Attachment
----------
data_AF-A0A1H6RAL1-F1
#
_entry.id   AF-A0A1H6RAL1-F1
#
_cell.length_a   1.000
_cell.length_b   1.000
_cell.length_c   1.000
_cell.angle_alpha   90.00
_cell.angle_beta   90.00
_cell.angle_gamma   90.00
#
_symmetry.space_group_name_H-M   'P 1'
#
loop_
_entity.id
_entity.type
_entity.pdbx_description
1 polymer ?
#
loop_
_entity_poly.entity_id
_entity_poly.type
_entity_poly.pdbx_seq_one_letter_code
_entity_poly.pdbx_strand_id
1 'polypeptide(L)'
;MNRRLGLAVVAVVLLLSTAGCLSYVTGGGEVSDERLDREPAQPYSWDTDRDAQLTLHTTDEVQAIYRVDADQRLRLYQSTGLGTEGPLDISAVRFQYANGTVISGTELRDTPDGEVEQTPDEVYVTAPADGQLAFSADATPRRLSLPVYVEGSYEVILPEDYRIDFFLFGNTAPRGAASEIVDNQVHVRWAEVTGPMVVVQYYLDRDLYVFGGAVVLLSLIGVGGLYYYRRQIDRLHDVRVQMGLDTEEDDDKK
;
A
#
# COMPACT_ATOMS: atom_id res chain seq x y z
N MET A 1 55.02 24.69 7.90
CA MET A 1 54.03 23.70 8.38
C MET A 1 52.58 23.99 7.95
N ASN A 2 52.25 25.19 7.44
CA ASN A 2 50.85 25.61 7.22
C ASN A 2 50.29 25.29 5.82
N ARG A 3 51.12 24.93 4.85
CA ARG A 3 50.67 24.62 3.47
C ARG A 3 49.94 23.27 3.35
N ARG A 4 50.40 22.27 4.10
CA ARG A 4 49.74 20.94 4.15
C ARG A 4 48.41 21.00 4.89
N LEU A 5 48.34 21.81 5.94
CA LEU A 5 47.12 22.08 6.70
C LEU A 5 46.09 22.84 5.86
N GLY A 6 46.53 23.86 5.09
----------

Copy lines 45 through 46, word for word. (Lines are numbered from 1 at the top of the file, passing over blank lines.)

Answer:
C LEU A 5 46.09 22.84 5.86
N GLY A 6 46.53 23.86 5.09